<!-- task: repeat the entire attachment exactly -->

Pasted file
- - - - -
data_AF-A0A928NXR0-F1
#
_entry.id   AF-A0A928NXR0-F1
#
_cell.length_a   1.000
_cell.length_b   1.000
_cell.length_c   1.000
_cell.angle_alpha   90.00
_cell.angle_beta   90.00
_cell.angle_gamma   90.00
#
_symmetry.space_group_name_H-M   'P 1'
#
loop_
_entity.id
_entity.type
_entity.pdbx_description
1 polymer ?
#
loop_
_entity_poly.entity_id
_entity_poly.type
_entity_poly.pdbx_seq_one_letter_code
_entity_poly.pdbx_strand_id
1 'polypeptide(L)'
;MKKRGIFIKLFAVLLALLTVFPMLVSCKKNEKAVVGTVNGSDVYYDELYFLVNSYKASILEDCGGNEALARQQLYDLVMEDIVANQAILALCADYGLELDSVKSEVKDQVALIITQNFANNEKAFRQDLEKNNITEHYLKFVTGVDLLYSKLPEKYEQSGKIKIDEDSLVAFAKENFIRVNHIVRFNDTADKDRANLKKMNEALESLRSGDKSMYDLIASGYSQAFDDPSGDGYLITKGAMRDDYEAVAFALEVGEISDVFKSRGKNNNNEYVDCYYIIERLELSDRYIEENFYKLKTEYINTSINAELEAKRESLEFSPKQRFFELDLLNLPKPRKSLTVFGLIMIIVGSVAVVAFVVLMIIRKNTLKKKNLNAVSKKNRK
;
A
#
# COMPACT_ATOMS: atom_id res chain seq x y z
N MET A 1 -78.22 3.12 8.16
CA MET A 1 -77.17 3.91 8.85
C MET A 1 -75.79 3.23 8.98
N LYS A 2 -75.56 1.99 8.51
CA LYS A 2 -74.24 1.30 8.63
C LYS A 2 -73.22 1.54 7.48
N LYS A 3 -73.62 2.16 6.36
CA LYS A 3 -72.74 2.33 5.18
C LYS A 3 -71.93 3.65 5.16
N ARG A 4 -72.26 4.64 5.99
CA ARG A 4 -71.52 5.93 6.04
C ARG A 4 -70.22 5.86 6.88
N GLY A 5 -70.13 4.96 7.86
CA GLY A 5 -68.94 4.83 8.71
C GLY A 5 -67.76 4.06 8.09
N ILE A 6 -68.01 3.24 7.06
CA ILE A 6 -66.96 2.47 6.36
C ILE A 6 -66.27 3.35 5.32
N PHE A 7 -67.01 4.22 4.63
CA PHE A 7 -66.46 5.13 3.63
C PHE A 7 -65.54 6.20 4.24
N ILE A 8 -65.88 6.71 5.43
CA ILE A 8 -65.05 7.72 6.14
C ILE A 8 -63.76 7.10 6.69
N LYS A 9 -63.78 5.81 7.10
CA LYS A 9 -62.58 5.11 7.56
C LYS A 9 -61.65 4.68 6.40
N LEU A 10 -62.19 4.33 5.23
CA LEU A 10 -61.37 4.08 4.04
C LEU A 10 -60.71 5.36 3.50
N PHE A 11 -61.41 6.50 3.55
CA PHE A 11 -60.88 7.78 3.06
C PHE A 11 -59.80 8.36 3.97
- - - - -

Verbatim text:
data_AF-A0A928NXR0-F1
#
_entry.id   AF-A0A928NXR0-F1
#
_cell.length_a   1.000
_cell.length_b   1.000
_cell.length_c   1.000
_cell.angle_alpha   90.00
_cell.angle_beta   90.00
_cell.angle_gamma   90.00
#
_symmetry.space_group_name_H-M   'P 1'
#
loop_
_entity.id
_entity.type
_entity.pdbx_description
1 polymer ?
#
loop_
_entity_poly.entity_id
_entity_poly.type
_entity_poly.pdbx_seq_one_letter_code
_entity_poly.pdbx_strand_id
1 'polypeptide(L)'
;MKKRGIFIKLFAVLLALLTVFPMLVSCKKNEKAVVGTVNGSDVYYDELYFLVNSYKASILEDCGGNEALARQQLYDLVMEDIVANQAILALCADYGLELDSVKSEVKDQVALIITQNFANNEKAFRQDLEKNNITEHYLKFVTGVDLLYSKLPEKYEQSGKIKIDEDSLVAFAKENFIRVNHIVRFNDTADKDRANLKKMNEALESLRSGDKSMYDLIASGYSQAFDDPSGDGYLITKGAMRDDYEAVAFALEVGEISDVFKSRGKNNNNEYVDCYYIIERLELSDRYIEENFYKLKTEYINTSINAELEAKRESLEFSPKQRFFELDLLNLPKPRKSLTVFGLIMIIVGSVAVVAFVVLMIIRKNTLKKKNLNAVSKKNRK
;
A
#
# COMPACT_ATOMS: atom_id res chain seq x y z
N MET A 1 -78.22 3.12 8.16
CA MET A 1 -77.17 3.91 8.85
C MET A 1 -75.79 3.23 8.98
N LYS A 2 -75.56 1.99 8.51
CA LYS A 2 -74.24 1.30 8.63
C LYS A 2 -73.22 1.54 7.48
N LYS A 3 -73.62 2.16 6.36
CA LYS A 3 -72.74 2.33 5.18
C LYS A 3 -71.93 3.65 5.16
N ARG A 4 -72.26 4.64 5.99
CA ARG A 4 -71.52 5.93 6.04
C ARG A 4 -70.22 5.86 6.88
N GLY A 5 -70.13 4.96 7.86
CA GLY A 5 -68.94 4.83 8.71
C GLY A 5 -67.76 4.06 8.09
N ILE A 6 -68.01 3.24 7.06
CA ILE A 6 -66.96 2.47 6.36
C ILE A 6 -66.27 3.35 5.32
N PHE A 7 -67.01 4.22 4.63
CA PHE A 7 -66.46 5.13 3.63
C PHE A 7 -65.54 6.20 4.24
N ILE A 8 -65.88 6.71 5.43
CA ILE A 8 -65.05 7.72 6.14
C ILE A 8 -63.76 7.10 6.69
N LYS A 9 -63.78 5.81 7.10
CA LYS A 9 -62.58 5.11 7.56
C LYS A 9 -61.65 4.68 6.40
N LEU A 10 -62.19 4.33 5.23
CA LEU A 10 -61.37 4.08 4.04
C LEU A 10 -60.71 5.36 3.50
N PHE A 11 -61.41 6.50 3.55
CA PHE A 11 -60.88 7.78 3.06
C PHE A 11 -59.80 8.36 3.97